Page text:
Facts, Lies, and Truth

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It appears that the political right, left, and center are playing fast and loose with the semantics of the meaning of the word fact. A fact is a statement that is true or can be proven with evidence. The usual test for a statement of fact is verifiability— that is, whether it can be demonstrated to correspond to experience. Space travel was once a fiction; it is now a fact. It is true. We have observed it, replicated it and, in some cases, experienced it first-hand. If you don’t believe in space travel, then you are unlikely to believe that anything is true. Continue reading “Facts, Lies, and Truth”

Fracking, Drilling, and Trying to Stay Optimistic

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I hope you all know that this blog is intended to encourage you to read The Fourth Moment or suggest it to a friend. The challenge is getting the word out, but I only have one mailing list. I apologize for that. Nevertheless, I want to use this list to encourage you to follow my blog even as it is intended to promote the book.
I never thought of being a blogger. I do occasionally write letters to the editor but rarely engage on Facebook, especially now that we know half the verbiage on the site isn’t even a legitimate opinion—only propaganda. But my publisher insisted, so I have a blog. Check it out. Love it, hate it— your choice.
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Danger! Danger Will Robinson!

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Take one bright teenager with undeveloped frontal lobes, a victim of early schoolyard bullying that led to anxiety and anger issues, then combine that with video games and indulgent parents to get a recipe for disaster. The drums have been sounding warnings for years, but they get stronger each day as the evidence mounts that we are losing teens to disabling panic attacks (especially when they have to leave their virtual world for the real one) and ambivalence about the future. They are lethargic or, worse, arrogant, entitled, and mean-spirited. This is the virtual generation—not millennials but simulants—and soon, I fear, a lost generation.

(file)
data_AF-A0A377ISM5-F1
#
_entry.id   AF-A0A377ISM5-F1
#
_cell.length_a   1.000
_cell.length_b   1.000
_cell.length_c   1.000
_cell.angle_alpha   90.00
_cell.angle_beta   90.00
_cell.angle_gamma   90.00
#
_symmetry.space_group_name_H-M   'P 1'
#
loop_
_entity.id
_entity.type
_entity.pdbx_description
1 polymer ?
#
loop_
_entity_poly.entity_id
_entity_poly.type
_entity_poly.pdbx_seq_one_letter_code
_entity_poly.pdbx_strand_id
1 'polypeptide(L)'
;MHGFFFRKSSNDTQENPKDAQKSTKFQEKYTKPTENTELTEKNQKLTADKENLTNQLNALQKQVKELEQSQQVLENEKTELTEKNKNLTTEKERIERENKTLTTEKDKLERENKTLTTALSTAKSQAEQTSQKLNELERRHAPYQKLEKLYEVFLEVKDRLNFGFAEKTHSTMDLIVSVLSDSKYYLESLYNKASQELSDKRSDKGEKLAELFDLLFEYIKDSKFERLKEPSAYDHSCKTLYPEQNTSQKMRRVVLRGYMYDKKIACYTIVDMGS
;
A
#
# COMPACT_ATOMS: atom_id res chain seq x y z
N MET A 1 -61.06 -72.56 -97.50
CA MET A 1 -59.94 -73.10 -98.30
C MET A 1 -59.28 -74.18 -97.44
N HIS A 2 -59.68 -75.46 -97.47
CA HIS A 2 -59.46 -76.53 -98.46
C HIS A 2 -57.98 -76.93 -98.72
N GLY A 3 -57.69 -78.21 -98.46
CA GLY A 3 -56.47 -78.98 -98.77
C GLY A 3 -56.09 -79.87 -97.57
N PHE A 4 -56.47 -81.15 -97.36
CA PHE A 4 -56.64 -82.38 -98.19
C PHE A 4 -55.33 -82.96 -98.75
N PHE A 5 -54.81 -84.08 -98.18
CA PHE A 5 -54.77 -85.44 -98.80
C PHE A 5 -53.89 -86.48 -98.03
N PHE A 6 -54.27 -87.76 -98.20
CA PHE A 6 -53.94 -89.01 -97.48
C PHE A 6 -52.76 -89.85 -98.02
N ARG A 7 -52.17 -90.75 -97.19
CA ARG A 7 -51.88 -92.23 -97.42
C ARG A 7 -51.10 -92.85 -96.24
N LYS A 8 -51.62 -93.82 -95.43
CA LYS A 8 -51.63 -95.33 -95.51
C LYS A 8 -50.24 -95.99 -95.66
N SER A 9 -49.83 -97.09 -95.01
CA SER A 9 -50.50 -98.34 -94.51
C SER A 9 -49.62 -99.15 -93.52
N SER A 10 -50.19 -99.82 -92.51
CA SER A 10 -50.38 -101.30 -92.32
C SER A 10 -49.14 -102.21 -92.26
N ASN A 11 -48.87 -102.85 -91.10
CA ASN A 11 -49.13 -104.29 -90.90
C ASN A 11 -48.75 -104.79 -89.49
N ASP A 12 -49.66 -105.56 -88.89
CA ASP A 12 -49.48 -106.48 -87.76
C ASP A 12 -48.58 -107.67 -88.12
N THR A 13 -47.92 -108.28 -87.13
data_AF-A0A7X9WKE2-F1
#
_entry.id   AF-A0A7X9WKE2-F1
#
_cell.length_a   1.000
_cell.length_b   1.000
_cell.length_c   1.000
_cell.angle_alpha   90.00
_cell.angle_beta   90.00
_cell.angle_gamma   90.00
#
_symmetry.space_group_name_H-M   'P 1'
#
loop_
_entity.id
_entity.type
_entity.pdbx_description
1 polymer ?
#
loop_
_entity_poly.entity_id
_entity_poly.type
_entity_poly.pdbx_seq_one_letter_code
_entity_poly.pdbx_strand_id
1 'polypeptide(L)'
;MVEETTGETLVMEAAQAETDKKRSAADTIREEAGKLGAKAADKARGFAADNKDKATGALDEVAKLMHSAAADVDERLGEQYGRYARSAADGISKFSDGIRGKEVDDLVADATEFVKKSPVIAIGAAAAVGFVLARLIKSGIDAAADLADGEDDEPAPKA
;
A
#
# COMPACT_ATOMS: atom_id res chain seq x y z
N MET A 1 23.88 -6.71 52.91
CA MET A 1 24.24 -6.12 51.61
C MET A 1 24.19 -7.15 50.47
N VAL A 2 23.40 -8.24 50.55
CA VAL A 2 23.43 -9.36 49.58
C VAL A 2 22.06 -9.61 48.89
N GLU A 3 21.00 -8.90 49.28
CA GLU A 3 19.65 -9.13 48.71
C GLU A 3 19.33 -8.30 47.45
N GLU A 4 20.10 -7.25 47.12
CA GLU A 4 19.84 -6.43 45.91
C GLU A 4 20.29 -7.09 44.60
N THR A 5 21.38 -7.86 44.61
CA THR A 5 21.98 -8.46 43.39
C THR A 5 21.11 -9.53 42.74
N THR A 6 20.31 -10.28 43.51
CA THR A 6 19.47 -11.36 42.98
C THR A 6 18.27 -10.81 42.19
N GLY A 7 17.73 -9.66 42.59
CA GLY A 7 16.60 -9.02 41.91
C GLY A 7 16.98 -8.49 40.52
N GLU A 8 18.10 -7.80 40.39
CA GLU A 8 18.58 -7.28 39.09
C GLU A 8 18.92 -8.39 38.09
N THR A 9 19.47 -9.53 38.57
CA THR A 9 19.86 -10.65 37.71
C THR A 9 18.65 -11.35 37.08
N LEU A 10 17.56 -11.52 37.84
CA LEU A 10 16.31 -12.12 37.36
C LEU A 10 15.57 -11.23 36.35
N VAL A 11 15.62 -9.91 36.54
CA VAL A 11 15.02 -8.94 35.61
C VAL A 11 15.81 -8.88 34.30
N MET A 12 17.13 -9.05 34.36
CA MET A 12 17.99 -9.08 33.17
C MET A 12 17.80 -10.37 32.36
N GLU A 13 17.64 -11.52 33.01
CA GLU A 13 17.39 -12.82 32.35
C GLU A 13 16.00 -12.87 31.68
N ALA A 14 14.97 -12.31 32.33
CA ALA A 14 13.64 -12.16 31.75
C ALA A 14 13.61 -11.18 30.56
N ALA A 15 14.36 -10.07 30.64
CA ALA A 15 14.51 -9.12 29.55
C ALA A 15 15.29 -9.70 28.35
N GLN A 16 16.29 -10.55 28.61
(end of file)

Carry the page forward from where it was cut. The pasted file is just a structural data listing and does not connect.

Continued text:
The warnings are louder, the answers lost in the tidal wave of social media, new tech, and frightened parents. Parents are blackmailed by fear of self-destructive behavior, drugs, homelessness, and even violence if they make demands, limit, or deny access to the virtual world these young people now inhabit.
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It Must Be Gremlins

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The car was hooked up to computers, looking for all the world like a patient in an examining room. The mechanic looked at me helplessly, his hands held up in a sign of resignation.
But I had heard a funny sound in the engine. The car just didn’t drive right. I knew in my gut that there was something amiss. “Are you sure?” I asked. “You can’t find anything wrong?”
“Gremlins,” he said, a dour expression on his face. “The machines don’t show any problems, and I can’t hear anything out of the ordinary. It’s not a new car, ya know. Must be gremlins.”
“You’re the expert. How much do I owe you?”